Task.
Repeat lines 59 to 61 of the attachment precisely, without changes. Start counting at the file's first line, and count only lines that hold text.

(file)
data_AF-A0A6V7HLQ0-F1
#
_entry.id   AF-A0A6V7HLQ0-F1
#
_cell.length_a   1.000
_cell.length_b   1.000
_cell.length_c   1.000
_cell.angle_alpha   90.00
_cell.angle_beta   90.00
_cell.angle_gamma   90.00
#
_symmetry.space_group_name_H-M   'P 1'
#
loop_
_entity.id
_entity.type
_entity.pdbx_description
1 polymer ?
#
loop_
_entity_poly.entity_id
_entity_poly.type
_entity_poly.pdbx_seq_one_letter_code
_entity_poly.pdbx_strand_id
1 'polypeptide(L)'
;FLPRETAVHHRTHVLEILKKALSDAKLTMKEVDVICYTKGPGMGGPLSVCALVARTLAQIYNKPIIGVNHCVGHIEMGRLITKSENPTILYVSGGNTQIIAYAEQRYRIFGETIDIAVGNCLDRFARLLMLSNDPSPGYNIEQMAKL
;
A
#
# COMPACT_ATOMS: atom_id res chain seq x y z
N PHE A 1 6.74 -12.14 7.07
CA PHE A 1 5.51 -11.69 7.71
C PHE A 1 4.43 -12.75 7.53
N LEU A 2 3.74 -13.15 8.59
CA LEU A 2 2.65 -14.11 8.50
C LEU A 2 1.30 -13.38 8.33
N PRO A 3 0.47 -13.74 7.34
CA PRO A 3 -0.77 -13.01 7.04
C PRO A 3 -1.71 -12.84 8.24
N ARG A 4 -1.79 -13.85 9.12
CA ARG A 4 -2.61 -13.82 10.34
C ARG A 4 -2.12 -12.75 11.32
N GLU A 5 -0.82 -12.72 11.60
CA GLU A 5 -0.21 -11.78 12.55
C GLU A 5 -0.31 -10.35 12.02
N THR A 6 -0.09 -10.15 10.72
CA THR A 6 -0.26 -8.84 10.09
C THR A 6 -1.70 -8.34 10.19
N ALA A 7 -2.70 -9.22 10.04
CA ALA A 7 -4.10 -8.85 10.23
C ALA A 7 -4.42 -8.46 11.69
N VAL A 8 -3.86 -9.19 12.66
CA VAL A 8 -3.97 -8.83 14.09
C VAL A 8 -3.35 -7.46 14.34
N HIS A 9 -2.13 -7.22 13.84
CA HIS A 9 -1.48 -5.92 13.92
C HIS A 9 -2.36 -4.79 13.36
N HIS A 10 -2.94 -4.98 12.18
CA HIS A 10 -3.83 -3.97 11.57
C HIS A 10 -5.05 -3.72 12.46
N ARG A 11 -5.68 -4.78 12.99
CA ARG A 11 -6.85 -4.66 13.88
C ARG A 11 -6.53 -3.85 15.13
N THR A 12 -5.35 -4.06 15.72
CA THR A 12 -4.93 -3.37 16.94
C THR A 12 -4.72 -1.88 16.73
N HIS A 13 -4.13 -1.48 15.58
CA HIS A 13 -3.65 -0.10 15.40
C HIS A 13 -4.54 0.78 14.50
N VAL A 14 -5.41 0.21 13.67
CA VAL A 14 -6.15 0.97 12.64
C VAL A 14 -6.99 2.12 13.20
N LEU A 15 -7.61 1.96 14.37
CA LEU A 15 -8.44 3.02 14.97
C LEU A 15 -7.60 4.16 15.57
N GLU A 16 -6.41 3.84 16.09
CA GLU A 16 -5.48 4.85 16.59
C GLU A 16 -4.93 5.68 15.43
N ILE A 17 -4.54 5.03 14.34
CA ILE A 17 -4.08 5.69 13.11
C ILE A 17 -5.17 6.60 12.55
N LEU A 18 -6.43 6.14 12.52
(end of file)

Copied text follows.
CA HIS A 10 -3.83 -3.97 11.57
C HIS A 10 -5.05 -3.72 12.46
N ARG A 11 -5.68 -4.78 12.99